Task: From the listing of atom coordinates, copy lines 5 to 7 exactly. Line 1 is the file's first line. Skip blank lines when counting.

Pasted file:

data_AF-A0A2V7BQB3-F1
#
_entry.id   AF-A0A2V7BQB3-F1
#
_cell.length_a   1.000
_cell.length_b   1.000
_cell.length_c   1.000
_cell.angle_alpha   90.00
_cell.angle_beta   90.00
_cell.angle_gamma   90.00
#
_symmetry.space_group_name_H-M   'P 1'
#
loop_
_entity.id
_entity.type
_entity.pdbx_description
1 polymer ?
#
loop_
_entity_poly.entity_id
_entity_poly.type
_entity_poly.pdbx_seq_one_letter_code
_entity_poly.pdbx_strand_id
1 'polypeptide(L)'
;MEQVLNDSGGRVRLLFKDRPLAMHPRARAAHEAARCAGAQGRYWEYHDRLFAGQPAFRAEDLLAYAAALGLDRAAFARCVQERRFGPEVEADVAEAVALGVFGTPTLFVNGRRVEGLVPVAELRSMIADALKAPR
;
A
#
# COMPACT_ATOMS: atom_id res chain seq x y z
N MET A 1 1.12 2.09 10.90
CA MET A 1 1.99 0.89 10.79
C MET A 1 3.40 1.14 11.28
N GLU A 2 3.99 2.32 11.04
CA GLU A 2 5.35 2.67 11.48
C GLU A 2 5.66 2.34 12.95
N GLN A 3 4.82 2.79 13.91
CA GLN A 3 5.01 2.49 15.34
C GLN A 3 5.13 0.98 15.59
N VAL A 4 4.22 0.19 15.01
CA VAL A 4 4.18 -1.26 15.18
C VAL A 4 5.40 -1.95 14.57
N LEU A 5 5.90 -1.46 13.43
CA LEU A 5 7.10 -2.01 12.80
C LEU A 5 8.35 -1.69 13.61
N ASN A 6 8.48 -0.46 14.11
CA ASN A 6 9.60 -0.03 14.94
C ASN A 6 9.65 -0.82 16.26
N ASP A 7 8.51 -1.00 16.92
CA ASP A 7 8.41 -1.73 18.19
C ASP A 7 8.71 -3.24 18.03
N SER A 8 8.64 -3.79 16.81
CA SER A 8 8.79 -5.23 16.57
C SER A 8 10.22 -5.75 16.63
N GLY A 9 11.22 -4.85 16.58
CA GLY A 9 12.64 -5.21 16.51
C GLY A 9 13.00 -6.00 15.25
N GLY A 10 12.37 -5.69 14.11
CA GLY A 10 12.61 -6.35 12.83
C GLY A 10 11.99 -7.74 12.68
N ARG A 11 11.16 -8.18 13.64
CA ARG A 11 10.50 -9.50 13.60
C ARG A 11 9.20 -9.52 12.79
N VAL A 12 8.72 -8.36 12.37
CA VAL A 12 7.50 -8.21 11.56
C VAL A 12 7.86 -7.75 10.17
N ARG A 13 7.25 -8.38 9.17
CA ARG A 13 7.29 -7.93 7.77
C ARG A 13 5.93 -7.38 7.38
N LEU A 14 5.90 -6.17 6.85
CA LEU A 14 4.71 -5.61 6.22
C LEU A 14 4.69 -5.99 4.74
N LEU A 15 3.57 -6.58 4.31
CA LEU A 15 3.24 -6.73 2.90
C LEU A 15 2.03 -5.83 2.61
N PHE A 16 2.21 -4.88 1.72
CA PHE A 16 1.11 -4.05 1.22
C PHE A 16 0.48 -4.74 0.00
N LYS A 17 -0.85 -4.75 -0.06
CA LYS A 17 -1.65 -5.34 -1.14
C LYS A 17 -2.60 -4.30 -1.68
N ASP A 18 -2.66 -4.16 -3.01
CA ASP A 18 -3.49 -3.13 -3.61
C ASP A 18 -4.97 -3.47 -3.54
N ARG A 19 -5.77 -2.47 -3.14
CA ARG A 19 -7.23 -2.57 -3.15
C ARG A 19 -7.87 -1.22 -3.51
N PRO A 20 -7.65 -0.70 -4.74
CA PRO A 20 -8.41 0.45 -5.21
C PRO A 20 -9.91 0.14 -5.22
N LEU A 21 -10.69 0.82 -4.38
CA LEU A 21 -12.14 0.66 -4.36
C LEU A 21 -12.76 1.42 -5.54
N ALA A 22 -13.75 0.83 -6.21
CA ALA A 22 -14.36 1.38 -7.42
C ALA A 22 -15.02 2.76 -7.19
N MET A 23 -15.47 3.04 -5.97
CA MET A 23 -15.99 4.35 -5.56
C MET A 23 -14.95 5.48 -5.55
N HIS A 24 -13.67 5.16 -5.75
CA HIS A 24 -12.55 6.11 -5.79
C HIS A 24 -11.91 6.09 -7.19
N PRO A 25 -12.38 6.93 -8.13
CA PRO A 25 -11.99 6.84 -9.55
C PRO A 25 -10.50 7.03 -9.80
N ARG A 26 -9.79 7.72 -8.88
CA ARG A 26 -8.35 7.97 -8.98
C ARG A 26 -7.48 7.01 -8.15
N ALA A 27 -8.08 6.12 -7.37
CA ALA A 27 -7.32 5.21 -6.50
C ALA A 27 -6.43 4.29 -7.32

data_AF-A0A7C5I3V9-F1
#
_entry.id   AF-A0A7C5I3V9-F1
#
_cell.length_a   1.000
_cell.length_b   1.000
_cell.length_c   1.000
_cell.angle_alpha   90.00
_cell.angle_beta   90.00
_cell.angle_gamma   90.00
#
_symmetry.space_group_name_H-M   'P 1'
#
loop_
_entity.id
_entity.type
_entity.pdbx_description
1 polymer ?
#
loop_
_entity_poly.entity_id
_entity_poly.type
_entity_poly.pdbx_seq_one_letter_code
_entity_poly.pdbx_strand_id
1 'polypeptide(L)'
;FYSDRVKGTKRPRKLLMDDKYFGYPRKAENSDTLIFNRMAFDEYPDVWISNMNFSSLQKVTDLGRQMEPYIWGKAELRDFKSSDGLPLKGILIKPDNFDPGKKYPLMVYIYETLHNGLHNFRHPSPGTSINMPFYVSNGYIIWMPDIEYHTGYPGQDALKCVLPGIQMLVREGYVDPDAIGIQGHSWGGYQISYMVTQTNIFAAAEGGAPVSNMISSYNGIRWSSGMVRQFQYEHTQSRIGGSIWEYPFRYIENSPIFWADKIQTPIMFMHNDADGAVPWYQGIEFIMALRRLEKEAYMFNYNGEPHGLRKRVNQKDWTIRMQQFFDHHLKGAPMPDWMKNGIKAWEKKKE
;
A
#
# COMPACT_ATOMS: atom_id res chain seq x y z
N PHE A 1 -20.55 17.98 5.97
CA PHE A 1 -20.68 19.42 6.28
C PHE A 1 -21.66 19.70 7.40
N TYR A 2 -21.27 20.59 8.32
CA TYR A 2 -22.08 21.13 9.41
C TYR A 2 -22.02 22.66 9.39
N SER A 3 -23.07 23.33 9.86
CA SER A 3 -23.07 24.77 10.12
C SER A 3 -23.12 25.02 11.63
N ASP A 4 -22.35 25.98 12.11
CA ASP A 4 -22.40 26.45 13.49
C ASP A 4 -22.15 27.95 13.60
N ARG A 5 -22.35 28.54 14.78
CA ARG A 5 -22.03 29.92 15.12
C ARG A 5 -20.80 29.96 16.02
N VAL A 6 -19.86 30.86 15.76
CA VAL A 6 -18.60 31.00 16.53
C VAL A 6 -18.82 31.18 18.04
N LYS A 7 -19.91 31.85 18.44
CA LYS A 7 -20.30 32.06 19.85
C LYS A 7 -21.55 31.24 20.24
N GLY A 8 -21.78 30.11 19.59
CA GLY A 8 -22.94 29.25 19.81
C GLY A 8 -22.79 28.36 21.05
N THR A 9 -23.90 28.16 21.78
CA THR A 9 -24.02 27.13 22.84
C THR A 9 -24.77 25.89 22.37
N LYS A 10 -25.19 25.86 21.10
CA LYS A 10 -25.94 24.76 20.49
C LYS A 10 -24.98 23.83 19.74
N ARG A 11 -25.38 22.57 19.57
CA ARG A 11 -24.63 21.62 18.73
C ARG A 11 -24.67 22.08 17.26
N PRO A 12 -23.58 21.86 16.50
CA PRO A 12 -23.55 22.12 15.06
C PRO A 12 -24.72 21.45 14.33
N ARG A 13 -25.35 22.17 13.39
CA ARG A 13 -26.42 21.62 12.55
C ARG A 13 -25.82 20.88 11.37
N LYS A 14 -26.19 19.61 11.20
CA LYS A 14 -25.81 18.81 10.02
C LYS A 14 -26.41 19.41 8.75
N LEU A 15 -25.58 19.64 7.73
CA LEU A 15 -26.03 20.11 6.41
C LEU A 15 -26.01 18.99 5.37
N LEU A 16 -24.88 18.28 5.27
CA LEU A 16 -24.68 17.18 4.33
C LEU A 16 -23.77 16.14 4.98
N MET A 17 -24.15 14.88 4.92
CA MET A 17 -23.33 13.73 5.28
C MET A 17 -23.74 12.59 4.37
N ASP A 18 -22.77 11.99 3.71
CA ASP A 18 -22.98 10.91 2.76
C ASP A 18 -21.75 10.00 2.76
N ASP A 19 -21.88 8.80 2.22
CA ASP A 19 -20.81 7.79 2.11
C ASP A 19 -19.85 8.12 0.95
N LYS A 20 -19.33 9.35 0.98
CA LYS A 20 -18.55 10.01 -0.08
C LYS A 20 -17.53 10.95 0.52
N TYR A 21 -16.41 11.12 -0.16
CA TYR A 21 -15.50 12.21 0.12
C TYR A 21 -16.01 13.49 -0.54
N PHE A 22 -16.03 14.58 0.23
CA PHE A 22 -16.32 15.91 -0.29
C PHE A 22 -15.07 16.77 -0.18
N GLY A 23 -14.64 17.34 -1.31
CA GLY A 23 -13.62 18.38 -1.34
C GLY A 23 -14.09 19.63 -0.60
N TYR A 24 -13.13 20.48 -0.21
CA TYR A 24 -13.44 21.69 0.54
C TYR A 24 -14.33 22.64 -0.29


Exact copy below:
_cell.length_a   1.000
_cell.length_b   1.000
_cell.length_c   1.000